EDITORIAL It took a while for Mayor Gavin Newsom to make the obvious move and suspend Sup. Ed Jew, but here are much deeper politics here than just the dubious future of an elected official who should have resigned long ago and will almost certainly be forced out of office.
The mayor has appointed Carmen Chu, a political unknown, to fill Jew’s seat for now. Technically, it’s an interim appointment; if and when the supervisors vote to remove Jew from office, after what could be a lengthy process, Newsom will be able to name someone to take over the District 4 seat until the next election. And since the mayor won’t say who will get that post, the future of the board is in limbo.
There are plenty of scenarios floating around at City Hall. The way some rumors have it, Newsom will try to pick up not just one but two seats in this play.
Jew, for all his conservatism, was not a loyal Newsom ally, and the mayor couldn’t count on his vote. Replacing him will presumably give the mayor another loyalist to join Sups. Sean Elsbernd, Michela Alioto-Pier, and (sometimes) Bevan Dufty. Political observers have been specuutf8g that Newsom may try to find a job that would entice Sup. Gerardo Sandoval whose final term is winding down to leave the board early; the obvious way to do that would be to convince Assessor Phil Ting to move into Jew’s seat as a permanent replacement, then give Sandoval the assessor’s job, which he ran for unsuccessfully in 2005.
In the end, under that sort of scenario, the mayor could wind up with as many as five allies on the board nearly a majority. That would be a dramatic change in local politics and could raise the prospect of the progressives completely losing control of the board in 2008.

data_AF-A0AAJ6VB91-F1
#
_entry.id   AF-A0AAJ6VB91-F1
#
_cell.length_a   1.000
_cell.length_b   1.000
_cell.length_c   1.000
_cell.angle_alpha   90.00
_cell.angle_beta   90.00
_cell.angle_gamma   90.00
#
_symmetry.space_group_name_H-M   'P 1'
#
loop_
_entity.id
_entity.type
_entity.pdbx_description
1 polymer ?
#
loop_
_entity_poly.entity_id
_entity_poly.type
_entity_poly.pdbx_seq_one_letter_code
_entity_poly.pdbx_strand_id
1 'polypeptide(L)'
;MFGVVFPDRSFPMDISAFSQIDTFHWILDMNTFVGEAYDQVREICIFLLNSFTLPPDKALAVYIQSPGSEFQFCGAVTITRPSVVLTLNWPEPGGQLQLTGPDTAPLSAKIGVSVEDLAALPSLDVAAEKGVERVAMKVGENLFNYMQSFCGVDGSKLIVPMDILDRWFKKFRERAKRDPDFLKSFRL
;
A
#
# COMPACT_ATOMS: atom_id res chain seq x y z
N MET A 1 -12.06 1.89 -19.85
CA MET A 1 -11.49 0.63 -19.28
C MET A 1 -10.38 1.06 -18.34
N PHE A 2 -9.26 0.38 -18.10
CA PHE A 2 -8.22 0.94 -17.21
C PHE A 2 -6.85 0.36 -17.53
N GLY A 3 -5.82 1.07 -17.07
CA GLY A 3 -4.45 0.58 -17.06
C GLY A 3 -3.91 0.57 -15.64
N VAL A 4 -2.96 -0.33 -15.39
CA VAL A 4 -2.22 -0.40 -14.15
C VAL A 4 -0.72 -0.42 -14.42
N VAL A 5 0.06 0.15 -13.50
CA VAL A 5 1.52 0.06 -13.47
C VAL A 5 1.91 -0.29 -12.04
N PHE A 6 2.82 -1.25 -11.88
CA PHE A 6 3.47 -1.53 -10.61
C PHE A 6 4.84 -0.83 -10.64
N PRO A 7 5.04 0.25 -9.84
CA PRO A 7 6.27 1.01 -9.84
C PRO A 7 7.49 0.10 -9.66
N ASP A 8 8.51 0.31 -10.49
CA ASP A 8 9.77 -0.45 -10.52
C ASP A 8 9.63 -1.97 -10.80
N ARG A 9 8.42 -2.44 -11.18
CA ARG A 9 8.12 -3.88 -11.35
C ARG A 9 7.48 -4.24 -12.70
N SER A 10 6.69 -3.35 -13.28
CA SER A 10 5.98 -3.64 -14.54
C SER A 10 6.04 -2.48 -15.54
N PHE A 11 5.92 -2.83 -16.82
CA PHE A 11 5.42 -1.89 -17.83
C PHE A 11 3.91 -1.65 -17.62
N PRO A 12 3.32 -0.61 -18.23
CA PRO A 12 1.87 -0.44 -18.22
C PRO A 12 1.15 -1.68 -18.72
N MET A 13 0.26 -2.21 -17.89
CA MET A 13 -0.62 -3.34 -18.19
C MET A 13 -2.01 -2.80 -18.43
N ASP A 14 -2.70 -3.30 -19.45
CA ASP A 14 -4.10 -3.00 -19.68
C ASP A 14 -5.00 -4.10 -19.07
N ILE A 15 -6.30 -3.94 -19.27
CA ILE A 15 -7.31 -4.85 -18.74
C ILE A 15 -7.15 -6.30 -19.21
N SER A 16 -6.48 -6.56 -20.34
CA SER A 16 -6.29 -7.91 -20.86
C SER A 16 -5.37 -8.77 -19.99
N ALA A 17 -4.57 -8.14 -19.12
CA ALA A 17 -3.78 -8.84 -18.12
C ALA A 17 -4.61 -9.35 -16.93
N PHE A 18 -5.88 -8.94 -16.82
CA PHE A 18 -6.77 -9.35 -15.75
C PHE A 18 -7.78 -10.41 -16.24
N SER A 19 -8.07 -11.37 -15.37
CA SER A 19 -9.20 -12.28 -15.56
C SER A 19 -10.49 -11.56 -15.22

It also means that Newsom will in effect be asking the supervisors in the next few weeks to vote on removing Jew without giving them any idea who will replace him.
The politics shouldn’t directly influence the Jew vote; if the suspended supervisor is, in fact, guilty of misconduct (and the evidence looks pretty damning), then the board should remove him from office. But Newsom has a responsibility to play fair too; the mayor needs to tell the public, before the final vote on Jew’s fate, whom he plans to appoint to that seat.
In an interview in the Guardian office on Oct. 1, Newsom strongly implied that he has no plans to try to free up another seat on the board, that there’s no political deal or backroom move in the works. But he also refused to commit to telling the public whom his final choice will be for that seat and said he reserves the right to make any moves that he legally can under the City Charter.
If Newsom isn’t playing games here, fine: what’s the harm in saying, now, what his intentions are? It would defuse the rumors, end the political speculation, and allow the board vote to be exactly what it should be an up-or-down vote on removing Ed Jew.